“Should be begging” is an unfortunate turn of phrase in this situation. Again, we have a school administration waiting for parents to kiss their feet and cry with gratitude, it seems, before offering any results or really simplifying a complicated and bewildering “system.”
In addition, the 2008 New Orleans Parents’ Guide to Public Schools, compiled by the New Orleans Parent Organizing Network, was just released Saturday, giving parents fewer than five days to peruse the book of more than 100 pages for information on schools.
Urban League representative Deirdre Johnson Burel acknowledged that there was “a bit of a delay” in releasing the Parents’ Guide. Aesha Rasheed, with the Parent Organizing Network, said work on the guide “ramped up really fast” at the start of the year, adding that the 2008 guide made significant improvements upon the previous version, released in last August. [emphasis added]
I’m sure all involved mean well but this really looks like callous indifference to very serious, complex decisions people need to make for their fucking children.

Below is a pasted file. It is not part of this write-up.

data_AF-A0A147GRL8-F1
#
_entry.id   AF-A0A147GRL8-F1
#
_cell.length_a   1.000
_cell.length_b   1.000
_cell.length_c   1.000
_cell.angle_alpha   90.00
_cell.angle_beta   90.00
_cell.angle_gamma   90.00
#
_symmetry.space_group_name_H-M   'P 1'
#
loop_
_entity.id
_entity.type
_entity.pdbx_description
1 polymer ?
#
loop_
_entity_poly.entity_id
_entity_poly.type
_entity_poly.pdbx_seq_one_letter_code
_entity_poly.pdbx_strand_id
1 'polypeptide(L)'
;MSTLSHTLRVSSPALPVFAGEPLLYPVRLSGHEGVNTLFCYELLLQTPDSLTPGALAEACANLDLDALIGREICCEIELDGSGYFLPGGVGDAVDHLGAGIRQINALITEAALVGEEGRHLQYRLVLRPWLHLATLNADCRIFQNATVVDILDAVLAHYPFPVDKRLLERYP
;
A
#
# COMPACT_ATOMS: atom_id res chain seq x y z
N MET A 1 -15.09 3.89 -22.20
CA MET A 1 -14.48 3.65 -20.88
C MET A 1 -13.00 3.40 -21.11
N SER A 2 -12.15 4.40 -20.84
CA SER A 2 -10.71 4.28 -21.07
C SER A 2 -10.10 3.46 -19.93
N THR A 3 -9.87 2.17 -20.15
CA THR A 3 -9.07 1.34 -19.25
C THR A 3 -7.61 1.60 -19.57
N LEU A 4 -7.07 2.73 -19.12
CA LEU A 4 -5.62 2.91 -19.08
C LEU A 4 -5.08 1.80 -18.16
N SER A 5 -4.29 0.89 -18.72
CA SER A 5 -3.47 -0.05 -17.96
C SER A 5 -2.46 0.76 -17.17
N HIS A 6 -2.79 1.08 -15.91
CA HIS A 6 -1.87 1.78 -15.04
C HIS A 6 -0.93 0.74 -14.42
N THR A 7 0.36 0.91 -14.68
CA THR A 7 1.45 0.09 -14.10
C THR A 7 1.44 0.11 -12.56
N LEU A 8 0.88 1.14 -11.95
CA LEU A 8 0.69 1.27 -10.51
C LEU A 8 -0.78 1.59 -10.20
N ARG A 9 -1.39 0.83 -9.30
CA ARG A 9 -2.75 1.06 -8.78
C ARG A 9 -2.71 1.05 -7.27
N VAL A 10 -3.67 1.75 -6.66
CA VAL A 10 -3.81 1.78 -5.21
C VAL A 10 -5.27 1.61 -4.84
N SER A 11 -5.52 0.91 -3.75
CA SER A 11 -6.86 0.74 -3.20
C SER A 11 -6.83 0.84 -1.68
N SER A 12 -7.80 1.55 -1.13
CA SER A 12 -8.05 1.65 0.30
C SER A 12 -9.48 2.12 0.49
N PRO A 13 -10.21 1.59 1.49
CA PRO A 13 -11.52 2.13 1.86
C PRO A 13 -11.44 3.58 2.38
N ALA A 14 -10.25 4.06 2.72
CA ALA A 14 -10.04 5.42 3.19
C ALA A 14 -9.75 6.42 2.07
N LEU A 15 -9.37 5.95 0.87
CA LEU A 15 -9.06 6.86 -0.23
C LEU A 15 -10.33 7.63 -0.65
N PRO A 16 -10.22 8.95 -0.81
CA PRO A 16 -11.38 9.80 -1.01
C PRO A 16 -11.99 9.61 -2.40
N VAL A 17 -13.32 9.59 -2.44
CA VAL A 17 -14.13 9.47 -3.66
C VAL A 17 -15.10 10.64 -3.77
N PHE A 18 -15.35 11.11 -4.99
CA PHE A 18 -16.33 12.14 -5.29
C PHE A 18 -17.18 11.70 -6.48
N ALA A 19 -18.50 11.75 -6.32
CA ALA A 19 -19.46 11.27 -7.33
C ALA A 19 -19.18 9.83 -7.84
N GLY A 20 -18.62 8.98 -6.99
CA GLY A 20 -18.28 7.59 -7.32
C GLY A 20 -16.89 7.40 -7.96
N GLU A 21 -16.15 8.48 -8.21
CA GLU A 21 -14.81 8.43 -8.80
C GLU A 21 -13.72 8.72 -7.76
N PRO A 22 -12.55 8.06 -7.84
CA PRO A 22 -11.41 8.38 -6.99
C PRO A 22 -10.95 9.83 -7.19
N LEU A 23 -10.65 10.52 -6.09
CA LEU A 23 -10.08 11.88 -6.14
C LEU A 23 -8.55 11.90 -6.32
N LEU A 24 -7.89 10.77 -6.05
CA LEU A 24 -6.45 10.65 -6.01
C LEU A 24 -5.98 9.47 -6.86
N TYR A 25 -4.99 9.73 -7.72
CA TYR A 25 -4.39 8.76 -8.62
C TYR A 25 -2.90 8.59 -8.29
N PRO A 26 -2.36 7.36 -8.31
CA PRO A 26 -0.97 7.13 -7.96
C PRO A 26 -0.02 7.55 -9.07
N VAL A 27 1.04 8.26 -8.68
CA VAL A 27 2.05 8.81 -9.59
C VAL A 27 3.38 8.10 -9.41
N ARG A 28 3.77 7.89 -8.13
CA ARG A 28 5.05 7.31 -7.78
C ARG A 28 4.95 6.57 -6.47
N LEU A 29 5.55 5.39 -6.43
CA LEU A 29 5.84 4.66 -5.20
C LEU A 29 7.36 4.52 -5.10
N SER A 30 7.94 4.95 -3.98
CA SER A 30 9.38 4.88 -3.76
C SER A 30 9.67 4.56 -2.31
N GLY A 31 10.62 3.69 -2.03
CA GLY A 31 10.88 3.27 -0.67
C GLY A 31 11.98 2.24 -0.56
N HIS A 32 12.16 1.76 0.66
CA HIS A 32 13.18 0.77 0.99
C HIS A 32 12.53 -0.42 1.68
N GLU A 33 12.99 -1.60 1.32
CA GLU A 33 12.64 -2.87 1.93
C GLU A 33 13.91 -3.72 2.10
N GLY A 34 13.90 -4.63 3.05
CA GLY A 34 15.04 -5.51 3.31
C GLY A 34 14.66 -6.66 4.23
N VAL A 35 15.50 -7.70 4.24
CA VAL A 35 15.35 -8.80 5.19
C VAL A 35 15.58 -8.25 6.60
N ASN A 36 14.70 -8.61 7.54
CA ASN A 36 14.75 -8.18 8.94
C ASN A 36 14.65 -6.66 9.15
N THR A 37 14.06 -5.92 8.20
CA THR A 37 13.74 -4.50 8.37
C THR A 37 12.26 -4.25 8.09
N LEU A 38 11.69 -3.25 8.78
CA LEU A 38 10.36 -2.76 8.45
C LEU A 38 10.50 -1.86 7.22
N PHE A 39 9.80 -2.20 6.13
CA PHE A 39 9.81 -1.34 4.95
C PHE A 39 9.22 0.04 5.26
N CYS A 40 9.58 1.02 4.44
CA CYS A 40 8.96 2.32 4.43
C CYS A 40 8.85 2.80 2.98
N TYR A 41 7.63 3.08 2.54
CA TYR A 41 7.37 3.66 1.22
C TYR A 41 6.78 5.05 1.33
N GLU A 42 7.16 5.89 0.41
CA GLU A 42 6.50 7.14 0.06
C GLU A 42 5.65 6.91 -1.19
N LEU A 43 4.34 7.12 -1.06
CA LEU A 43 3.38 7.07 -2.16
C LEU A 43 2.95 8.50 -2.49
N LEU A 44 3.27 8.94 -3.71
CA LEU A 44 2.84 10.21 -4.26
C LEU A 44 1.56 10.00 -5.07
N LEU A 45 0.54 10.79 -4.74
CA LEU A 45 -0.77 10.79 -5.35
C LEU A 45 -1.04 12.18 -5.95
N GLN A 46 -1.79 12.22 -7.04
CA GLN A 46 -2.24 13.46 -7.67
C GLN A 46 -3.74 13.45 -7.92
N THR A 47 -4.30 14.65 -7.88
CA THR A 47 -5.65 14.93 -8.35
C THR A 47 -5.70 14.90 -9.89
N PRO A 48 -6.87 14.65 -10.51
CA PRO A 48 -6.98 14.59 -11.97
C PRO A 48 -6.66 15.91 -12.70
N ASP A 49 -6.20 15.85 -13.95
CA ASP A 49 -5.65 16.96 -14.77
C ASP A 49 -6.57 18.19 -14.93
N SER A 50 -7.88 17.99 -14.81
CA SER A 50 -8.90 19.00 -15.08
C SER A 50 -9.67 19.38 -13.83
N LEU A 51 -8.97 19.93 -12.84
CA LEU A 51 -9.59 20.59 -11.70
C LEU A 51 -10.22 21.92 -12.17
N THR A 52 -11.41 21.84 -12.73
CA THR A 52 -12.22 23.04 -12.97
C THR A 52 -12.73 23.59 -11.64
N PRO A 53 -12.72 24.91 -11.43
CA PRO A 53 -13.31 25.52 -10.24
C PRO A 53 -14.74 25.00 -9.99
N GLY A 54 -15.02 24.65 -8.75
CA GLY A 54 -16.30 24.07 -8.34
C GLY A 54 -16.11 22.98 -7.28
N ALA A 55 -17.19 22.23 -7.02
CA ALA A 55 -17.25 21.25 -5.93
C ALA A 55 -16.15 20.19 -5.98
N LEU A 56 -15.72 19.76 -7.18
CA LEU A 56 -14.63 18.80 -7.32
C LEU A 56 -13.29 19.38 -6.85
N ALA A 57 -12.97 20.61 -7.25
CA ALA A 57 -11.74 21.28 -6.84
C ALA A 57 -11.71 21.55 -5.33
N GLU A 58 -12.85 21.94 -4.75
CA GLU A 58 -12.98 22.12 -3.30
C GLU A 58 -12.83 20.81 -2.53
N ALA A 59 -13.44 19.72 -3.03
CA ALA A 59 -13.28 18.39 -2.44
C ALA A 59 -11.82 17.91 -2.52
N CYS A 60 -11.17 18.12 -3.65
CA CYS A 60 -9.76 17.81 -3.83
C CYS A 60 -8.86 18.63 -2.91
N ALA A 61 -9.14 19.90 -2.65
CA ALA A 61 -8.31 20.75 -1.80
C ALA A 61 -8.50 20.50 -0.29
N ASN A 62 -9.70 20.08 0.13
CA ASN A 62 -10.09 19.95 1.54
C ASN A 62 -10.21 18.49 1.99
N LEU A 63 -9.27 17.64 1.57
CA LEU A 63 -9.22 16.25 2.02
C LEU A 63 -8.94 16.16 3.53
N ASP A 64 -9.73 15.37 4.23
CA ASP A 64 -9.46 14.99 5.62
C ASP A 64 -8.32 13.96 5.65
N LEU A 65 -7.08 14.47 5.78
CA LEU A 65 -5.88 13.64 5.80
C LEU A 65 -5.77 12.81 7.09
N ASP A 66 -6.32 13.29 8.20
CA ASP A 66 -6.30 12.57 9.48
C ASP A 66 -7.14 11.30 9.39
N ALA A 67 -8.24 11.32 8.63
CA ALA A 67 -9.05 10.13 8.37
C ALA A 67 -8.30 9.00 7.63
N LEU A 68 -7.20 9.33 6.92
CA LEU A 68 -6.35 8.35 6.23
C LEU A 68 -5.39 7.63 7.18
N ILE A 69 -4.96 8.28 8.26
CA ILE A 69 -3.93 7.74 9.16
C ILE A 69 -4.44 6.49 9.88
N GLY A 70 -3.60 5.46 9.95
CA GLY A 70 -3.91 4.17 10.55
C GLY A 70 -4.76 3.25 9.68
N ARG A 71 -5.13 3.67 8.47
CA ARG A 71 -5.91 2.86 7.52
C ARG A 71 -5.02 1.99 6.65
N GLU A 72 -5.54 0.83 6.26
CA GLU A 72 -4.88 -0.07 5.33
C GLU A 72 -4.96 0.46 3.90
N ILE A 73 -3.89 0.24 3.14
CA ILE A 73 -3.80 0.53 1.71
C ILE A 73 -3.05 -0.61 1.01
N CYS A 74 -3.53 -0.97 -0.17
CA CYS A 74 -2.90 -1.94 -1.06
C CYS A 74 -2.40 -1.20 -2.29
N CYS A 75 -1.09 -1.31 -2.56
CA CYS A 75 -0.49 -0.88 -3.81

2. Looking for details on the community meeting about the schools master plan, I found PDFs for each meeting and area full of pages on the schools like this:
The narrative about the master plan, the site considerations and the citywide meeting results are repeated with each school, verbatim. It is a waste of space and makes it look like there’s information here. (I’d flunk a student for that.) There’s some information but not what you’d expect after clicking on Community Meetings.
Notice the “meeet”–it pops up again and again.
What will Hardin, or any of the others slated for “complete replacement,” be replaced with? When? For what purpose? Hardin’s second page has the Google map and same “information” again.
What will be renovated? When? Will this school or another reopen in the newly-renovated building?
None of the currently open schools have statistics more recent than 2002. What “moderate renovation”? Am I really asking for too much information from something listed as “Meeting #2“? Are all site issues exactly the same?
And why did I spend my unpaid, untrained time sifting through this (and more) instead of a reporter who is paid to monitor our community and what does and doesn’t fucking work? Dumbass pictures of Nagin and Riley are infinitely easier, I know. (pic link from Ashley Morris: the blog)
Next installment: the NOLA Parents’ Guide to Public Schools
Comments are still fucked up but email me, really, I mean it, and I’ll get them up here somehow and very soon.